Letter from Landers, CA, UFO Capital of the World, North of Joshua Tree
A highly recommended environment
Ideally, you want to be almost like everyone else. Not so different that you're offensively aberrant, exiled, thrown in jail, indecipherable, unloved. But different enough that you have something to share, some novel set of experiences that entertain your fellows. This will allow for a safe, yet modestly prestigious existence, in which you can largely lived by received wisdom, except for a few deviations, here and there. You can add slightly to the sum total of human experience, but remain congruent to the existing mass, enough to be understood.
This is easy to do in a place like LA, where we usually live, where there are many forms of market-ready eccentricity, ready to be observed and iterated upon as necessary. You can see a guy in a weird shirt, and be a different kind of weird shirt guy. They’ve invented charcoal lemonade, but they haven’t yet invented fungal lemonade, and you can be the first upon that estimable frontier. Like the most tenuous dark tendrils in a marble slab, you can advance a little further into the pale void of possibility space.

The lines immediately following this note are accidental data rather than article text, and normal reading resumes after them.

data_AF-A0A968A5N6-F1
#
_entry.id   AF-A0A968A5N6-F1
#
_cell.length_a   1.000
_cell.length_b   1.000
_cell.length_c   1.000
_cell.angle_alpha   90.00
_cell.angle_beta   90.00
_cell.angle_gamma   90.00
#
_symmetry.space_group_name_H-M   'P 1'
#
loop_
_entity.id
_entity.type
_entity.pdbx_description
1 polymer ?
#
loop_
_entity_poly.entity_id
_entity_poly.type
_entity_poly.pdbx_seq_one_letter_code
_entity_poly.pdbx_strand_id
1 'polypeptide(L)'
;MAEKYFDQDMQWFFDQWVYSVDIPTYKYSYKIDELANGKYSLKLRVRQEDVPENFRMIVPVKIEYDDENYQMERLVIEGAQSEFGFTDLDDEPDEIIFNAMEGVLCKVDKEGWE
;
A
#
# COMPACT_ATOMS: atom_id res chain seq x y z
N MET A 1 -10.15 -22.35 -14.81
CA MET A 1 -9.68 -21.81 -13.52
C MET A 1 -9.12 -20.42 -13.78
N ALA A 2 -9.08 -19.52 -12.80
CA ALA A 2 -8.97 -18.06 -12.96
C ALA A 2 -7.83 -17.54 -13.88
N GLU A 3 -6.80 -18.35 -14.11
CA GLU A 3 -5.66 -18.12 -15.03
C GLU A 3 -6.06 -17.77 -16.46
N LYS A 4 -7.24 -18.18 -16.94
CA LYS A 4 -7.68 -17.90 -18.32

Currently, though, this process has been complicated somewhat. We left LA, and we’re living in the desert right now. It is a less suggestive environment, or, more precisely, its suggestions are more ambiguous. It is mostly sand, and weird trees. Here there are fewer points of comparison, fewer relationships upon which to build a sense of self. There is my wife, so I am, apparently, a husband. There are coyotes in the distance, so I am, apparently, warm flesh. When we drive the ten miles into town, or the five miles to the trendy brunch establishment, I can comfortably assume my place amongst other niche bourgeois consumers. But when it’s time to leave these gathering places, it’s me and the howling silence in my nondescript car. The fluorescent dome above is vast, and it offers few guidelines. In all that vastness, to determine what I am, I must turn inwards, and confront my feelings. They are not at all what I thought they might be. My love is a pale quavering. My opinions are mostly petulant gestures against those who, I imagine, would like to wrong me. I think of a puzzle in a video game and almost begin to cry.
Given the low humidity, my body is less fragrant. I only smell my own decay if I bother to. It’s easier to intuit how easy it would be to delete me, to remove me from human history. There is no one who could possibly be my substitute, but a substitute isn’t necessary; there’s no hole I’m filling. I am an abundance, a luxury item furnished by the universal will to become. The project of my existence could easily be forgotten, in favor of some other initiative. No-one would ever look upon the sand, where I was not, and think there was anything missing.